Steam was officially released for the Mac the other day. For a limited time Mac users can get the awesome game Portal for free. I’ve been wanting to try out Portal for a while now and I finally got a new 27 inch iMac last week. Yay! Time to install…


No, I will not be reformatting, creating another partition, or using .dmg hacks to get this to work. I understand Steam delivers unmodified Windows games (which expect to run on case-insensitive filesystems) but there is obviously an engineering solution. This dialog shows Valve’s engineers thought about the problem and rather than fixing it decided to take the easy way out.

Apparently Adobe has plenty of engineers who think this method of engineering is acceptable:

I was planning on buying CS5 for my new iMac, but it looks like I will now spend my money elsewhere. Maybe I’ll give GIMP a try again, it looks to have progressed since I last played with it.

If case-insensitivity is too hard for your engineers hire better engineers. Perhaps redirect some of the marketing budget from those expensive advertisements? Damn it Adobe, you have access to the source and the engineers who wrote it. Why can’t you make your own product work?

It’s not like case-sensitive filesystems are unsupported by Apple either. When I worked on the Apple Software Update team, case-sensitivity bugs were valid and we would never tell the reporter to reformat. I know a large percentage of Apple engineers run case-sensitive as well. This is a valid configuration that is supported by Apple and in turn should be supported by application developers.

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2 Responses to Yay Valve and Adobe!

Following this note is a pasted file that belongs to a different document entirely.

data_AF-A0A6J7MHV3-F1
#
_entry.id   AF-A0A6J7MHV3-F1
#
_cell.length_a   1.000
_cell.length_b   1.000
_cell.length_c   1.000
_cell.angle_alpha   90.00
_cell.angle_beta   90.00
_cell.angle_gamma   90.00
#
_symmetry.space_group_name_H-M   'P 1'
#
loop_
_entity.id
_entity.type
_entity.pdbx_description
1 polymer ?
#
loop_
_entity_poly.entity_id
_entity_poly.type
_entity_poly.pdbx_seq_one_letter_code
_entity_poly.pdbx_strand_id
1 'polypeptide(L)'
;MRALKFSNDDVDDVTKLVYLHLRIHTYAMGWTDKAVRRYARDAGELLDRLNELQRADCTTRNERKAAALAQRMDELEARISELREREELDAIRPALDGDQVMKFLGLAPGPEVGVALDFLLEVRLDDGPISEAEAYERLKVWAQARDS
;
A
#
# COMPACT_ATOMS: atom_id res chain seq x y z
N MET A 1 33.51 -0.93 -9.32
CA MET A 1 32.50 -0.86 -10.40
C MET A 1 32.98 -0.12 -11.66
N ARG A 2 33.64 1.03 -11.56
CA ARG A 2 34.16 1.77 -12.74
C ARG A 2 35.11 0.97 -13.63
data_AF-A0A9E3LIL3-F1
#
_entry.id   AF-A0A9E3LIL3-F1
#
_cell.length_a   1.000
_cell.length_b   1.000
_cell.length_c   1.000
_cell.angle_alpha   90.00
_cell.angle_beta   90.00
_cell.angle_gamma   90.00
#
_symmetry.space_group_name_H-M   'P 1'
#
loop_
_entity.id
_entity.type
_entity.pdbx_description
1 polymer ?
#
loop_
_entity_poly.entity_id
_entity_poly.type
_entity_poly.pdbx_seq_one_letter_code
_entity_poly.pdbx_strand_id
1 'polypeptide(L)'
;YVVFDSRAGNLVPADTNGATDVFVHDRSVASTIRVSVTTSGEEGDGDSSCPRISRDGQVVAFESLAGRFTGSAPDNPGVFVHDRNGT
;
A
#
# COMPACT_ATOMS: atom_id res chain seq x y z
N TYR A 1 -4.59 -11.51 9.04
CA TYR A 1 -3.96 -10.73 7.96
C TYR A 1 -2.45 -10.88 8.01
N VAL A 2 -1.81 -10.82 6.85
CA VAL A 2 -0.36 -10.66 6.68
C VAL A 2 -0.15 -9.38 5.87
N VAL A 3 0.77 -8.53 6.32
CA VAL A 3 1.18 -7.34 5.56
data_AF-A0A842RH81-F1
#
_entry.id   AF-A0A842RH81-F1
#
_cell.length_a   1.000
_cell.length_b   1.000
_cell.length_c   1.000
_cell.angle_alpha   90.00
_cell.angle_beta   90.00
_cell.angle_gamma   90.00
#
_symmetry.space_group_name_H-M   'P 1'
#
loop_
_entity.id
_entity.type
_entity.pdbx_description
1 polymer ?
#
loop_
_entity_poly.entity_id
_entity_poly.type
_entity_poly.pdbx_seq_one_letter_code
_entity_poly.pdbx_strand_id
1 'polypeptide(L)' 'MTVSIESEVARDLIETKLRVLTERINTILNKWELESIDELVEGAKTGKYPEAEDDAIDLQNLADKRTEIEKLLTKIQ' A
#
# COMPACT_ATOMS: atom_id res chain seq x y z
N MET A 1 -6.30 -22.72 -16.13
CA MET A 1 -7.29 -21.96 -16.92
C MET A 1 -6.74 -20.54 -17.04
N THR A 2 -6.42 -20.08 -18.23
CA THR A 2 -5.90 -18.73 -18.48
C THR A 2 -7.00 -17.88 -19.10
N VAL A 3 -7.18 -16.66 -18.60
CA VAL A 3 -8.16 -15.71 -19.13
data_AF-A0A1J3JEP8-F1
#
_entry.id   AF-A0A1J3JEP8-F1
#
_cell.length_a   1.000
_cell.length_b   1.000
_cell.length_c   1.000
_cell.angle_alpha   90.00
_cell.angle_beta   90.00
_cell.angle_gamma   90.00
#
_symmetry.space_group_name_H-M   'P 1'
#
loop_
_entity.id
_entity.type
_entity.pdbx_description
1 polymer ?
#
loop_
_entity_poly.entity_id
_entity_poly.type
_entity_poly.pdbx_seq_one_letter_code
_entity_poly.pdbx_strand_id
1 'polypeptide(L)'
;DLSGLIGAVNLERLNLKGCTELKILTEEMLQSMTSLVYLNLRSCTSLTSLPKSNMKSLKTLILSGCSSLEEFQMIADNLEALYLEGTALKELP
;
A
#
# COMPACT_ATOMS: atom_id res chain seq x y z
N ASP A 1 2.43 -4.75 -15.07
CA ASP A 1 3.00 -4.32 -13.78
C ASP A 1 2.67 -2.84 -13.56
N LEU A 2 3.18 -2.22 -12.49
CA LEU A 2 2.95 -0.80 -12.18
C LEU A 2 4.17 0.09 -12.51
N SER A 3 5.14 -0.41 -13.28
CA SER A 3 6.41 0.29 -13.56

1. I agree that it is sad these applications don’t support case sensitive filesystem. Historically Mac OS has always been case insensitive so large code bases will be hard to move and there is very limited upside to change. It is still an edge case configuration.

    Hiring better engineers isn’t strictly the answer; they may make *fewer* mistakes leading to case sensitivity issues in the first place, but fixes for these problems are typically simple anyways.

    The true cost is in finding the old problems, which cannot be done deterministically and must be tested. This will add an extra configuration to the test matrix, doubling the time. You could argue all testing could be done on a case sensitive filesystem. When other filesystem shit goes down I’d hate to be the one explaining to the CEO why you’re not testing on the configuration of 99% of your users.


    • Christian says:

      Yeah, I was a little perturbed when I wrote that and it was slightly tongue-in-cheek. With my engineer hat on it feels very, very wrong. With my project manager hat on I understand why such a decision might be made. Not knowing anything that went into the decision, it seems like letting the product run (and potentially crash) rather than wholesale lock-out would be a more desirable choice from a revenue perspective. Or, perhaps throwing up a warning rather that locking it out completely. I wonder what happens when you restore CS5 from a time machine backup onto a case-insensitive filesystem? Does the app detect it at runtime or is it only in the installer? I know Steam detected it on startup but I am not so sure about CS5.

      Also, isn’t NTFS case-sensitive by default? As far as I can tell it is. Do these same apps not work on NTFS filesystems? Do the apps tell me to reformat my Windows partition to FAT? I’d be surprised if they did. As an outsider this seems like a decision that was made purely for lack of QA resources, which stinks as a user.

      I bet the apps run decently in WINE. In the past I ran Photoshop 7 in WINE previously with zero problems. I don’t see why there would be case-sensitivity issues cropping up now unless the app was completely rewritten (and again, why would case-sensitivity not be thought about if the app was rewritten?).